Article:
Abstract: Since the patent system relies on private litigation for challenging weak patents, and patent settlements might influence the incentives for challenging patents, the question arises whether the antitrust assessment of patent settlements should also consider their impact on the incentives to challenge potentially invalid patents. Patent settlements in the pharmaceutical industry between originator and generic firms have been scrutinized critically by competition authorities for delaying the market entry of generics and therefore harming consumers. In this paper we present a model that analyzes the tradeoff between limiting the delay of generic entry through patent settlements and giving generic firms more incentives for challenging weak patents of the originator firms. We show that allowing patent settlements with a later market entry of generics than the expected market entry under patent litigation can increase consumer welfare under certain conditions. We introduce a policy parameter for determining the optimal additional period for collusion that would maximize consumer welfare and show that the size of this policy parameter depends on the size of the challenging costs, the intensity of competition, and the duration between the generics’ market entry decisions.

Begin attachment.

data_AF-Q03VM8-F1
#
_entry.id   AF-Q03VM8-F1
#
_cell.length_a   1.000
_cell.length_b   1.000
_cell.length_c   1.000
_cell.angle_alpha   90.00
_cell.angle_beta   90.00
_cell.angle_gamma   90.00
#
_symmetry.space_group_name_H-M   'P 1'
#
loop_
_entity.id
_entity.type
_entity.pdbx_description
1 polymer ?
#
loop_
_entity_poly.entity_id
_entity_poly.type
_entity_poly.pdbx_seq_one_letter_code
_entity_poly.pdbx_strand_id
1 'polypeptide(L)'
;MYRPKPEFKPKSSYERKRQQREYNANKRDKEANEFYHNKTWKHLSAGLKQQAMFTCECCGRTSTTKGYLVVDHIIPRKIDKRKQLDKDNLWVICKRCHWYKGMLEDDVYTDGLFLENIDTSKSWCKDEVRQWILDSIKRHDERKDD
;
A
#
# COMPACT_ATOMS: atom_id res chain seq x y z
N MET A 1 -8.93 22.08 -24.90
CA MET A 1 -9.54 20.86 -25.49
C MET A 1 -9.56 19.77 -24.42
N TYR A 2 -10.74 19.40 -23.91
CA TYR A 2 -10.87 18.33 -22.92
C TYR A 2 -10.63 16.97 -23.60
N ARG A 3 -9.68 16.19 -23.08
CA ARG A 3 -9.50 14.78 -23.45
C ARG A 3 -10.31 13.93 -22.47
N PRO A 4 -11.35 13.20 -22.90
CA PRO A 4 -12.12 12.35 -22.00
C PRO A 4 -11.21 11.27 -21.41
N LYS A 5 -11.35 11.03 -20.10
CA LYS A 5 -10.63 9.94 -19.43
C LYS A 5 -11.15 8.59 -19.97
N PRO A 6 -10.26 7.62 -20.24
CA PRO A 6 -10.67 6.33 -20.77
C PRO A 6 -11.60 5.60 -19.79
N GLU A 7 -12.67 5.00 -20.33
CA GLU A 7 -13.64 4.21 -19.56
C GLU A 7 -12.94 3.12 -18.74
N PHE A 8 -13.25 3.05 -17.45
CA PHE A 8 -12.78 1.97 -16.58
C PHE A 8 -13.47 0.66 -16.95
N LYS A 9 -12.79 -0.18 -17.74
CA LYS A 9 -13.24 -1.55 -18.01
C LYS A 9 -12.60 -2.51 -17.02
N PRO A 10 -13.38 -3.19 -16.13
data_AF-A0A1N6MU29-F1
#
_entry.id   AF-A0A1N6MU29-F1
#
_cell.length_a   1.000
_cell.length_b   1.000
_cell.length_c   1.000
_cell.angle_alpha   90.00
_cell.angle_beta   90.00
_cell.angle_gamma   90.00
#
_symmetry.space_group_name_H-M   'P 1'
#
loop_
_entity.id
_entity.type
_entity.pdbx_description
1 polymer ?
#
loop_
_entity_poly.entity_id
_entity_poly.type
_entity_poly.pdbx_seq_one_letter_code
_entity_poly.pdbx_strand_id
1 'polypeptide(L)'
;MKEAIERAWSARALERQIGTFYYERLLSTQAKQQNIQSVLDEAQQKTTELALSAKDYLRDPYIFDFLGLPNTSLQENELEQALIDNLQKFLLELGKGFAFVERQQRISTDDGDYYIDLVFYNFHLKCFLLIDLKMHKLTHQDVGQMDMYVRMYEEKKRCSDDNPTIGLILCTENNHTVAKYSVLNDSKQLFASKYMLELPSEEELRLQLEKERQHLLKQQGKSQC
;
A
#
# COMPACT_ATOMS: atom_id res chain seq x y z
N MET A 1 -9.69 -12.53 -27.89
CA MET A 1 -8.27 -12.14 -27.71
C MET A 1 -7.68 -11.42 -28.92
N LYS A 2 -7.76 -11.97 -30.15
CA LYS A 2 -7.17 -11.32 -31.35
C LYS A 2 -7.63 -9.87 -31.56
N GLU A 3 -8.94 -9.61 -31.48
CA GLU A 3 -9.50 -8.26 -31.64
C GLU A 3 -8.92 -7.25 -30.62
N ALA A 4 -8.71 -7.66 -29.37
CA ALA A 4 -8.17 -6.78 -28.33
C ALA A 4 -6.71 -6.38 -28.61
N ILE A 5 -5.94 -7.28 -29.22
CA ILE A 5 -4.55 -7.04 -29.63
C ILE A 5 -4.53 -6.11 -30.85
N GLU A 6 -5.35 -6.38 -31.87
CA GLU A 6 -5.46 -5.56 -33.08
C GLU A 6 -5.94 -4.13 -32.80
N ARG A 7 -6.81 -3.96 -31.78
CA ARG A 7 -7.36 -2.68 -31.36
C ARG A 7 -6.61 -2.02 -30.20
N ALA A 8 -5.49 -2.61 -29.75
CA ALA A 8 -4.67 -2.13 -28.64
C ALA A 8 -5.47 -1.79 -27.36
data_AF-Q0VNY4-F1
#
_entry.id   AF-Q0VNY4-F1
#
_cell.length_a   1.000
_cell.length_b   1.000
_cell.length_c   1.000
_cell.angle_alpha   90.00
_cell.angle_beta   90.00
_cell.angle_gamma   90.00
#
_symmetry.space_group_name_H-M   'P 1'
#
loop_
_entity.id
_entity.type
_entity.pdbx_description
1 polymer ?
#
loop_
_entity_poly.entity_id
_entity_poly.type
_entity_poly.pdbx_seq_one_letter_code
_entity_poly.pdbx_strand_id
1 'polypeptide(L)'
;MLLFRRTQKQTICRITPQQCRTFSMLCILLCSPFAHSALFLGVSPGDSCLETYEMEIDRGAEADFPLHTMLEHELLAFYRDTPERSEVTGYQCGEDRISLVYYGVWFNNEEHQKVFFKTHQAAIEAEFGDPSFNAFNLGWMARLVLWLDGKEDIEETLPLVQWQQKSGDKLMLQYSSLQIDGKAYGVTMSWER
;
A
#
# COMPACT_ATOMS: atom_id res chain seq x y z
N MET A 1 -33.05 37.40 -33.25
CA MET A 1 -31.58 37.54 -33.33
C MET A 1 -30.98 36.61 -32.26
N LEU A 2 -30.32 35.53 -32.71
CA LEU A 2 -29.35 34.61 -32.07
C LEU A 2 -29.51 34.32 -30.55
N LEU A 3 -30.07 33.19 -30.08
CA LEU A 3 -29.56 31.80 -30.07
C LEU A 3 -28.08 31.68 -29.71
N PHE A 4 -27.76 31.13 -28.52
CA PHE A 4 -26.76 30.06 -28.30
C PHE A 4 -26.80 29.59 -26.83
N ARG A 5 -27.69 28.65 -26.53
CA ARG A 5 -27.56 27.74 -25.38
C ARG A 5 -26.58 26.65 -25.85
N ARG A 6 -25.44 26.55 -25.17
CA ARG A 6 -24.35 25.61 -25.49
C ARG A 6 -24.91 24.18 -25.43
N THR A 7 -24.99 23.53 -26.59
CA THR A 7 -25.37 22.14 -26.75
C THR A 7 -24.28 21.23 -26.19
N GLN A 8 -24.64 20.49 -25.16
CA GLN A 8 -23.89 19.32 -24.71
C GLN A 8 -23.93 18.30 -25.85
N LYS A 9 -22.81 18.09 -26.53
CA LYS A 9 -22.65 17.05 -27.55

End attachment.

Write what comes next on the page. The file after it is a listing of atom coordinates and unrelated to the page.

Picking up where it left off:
Keywords: patent settlements, collusion, patent challenges
    JEL: L10 L40 O34
    Date: 2017
  10. By: Mário Amorim Lopes (CEGI, Faculdade de Engenharia da Universidade do Porto, INESC-TEC); Álvaro Almeida (CEF.UP and Faculdade de Economia, Universidade do Porto); Bernardo Almada-Lobo (CEGI, Faculdade de Engenharia da Universidade do Porto, INESC-TEC)